You can’t make this stuff up: Maine’s Governor LePage is appointing himself education commissioner. Guess it’s good that John King doesn’t work for Le Page. President Obama is formally nominating him to be secretary. Republicans are saying the water is great, come on in! We’ll see.
Elsewhere in personnel news a huge get for the Bill and Melinda Gates Foundation: Bob Hughes. Thoughtful and committed guy.
Do big philanthropists like charter schools because they hate unions? Richard Whitmire:
Here was a Silicon Valley startup star, the former CEO of a publicly traded company, being told to sit tight and log more seat time. Neither Danner, nor Jobs, could imagine achieving success by rewarding software engineers based on seat time.
Danner often pointed to union contracts he thought made schools unworkable. “Look, the union contract in San Jose Unified is 452 pages long,” he told me. “We’re a startup. The whole point of a startup is to be flexible. The job changes every day.”
And that’s the real point about these guys: They’re not so much anti-union as they are pro-startup. Tech CEOs live in a world where a single talented software guy binging through a weekend can solve a problem that has stymied platoons of software experts for months. You pay that guy the same?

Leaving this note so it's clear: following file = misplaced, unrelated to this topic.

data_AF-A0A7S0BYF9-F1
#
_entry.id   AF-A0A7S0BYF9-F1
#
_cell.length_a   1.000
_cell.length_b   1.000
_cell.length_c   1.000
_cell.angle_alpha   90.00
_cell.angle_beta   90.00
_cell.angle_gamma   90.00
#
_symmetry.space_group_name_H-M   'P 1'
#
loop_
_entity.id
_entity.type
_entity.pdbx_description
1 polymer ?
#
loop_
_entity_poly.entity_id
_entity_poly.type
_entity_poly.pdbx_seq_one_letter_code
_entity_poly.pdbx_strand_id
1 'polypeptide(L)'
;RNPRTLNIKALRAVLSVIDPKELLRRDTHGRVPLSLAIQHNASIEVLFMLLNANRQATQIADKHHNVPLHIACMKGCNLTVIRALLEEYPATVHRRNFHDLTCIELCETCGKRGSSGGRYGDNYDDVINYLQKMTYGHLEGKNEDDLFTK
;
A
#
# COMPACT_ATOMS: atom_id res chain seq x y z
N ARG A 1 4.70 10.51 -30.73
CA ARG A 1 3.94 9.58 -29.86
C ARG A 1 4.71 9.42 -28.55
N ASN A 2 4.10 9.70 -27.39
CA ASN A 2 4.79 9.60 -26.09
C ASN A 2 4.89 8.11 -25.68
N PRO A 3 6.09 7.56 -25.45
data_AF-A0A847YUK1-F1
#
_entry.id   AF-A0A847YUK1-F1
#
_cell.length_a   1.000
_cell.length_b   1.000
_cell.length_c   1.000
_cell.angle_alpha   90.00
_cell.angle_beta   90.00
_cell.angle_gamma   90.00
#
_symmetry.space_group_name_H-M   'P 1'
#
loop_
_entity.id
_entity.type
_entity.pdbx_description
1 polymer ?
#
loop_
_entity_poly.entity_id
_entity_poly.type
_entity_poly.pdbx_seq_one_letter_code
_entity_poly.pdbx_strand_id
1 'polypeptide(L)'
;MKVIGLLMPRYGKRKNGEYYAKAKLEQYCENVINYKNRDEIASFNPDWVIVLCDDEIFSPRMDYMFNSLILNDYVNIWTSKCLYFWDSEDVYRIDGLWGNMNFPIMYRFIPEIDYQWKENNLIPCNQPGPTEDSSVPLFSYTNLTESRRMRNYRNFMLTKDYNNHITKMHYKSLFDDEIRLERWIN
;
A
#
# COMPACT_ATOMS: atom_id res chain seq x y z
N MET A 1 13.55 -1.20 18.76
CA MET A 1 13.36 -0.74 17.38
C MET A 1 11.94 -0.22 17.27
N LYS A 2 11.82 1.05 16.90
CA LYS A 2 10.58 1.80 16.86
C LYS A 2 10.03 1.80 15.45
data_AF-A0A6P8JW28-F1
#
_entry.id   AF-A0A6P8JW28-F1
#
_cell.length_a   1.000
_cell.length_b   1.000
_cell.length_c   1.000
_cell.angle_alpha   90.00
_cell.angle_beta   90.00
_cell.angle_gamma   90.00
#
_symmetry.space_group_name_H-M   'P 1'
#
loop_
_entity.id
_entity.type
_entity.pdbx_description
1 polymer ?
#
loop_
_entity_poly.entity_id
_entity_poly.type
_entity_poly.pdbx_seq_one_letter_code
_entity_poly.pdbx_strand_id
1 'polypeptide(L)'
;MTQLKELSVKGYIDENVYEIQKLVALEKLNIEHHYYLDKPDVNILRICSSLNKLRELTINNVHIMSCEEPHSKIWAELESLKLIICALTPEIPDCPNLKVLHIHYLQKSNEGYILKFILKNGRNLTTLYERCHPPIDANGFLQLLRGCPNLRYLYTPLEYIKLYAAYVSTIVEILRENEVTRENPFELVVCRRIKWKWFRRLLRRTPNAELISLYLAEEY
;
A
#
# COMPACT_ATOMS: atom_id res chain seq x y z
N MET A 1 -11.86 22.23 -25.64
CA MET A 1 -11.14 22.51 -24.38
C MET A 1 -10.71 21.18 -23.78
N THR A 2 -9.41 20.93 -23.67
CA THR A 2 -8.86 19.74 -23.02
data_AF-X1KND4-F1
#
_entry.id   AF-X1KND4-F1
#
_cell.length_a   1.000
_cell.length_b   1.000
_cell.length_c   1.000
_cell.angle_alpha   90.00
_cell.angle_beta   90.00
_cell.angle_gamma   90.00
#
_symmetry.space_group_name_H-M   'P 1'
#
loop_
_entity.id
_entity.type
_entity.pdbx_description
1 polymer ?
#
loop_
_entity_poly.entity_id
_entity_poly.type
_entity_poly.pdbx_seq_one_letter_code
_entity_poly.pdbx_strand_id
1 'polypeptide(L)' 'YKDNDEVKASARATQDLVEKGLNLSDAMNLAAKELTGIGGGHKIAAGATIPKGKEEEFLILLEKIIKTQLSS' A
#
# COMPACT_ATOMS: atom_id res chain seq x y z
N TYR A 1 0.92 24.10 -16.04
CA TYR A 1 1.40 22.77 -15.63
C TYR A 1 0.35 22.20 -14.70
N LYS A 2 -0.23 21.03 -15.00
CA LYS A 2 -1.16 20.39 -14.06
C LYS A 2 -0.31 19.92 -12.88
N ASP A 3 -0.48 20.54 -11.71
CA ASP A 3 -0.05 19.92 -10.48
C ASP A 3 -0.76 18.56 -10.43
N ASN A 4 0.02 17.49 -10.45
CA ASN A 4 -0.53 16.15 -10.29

Here’s how they view schools: They hire from a lower-level talent pool (based on college SAT scores), reward based on seat time and lay off based on seniority. That just drives them crazy. It’s more about wasting talent than loathing unions.
Rural area salary scales are often low, so parents and working students have trouble paying college bills. College-eligible rural students face a financial dilemma: pay for long commutes to college, or pay rent in cities distant from their homes. Many find they can’t handle these costs long enough to graduate, and become discouraged, especially if they fail courses or must do remedial work that doesn’t bring college credit.
Despite these challenges, many rural schools are finding ways of improving students’ readiness for college. Rural schools are sharing teachers who have rare skills with nearby districts, and using online learning resources. Others are forming close partnerships with community and 4-year colleges and enrolling seniors in both high school and college classes. Such measures force K-12 educators out of their comfort zones but they have real promise for children who might otherwise be afraid to pursue college entry or enroll but are unready for college work.
Also from Hill here’s a measured take on vouchers.
Solid advice on safe, comfortable (and tasty) backcountry travel from someone who knows.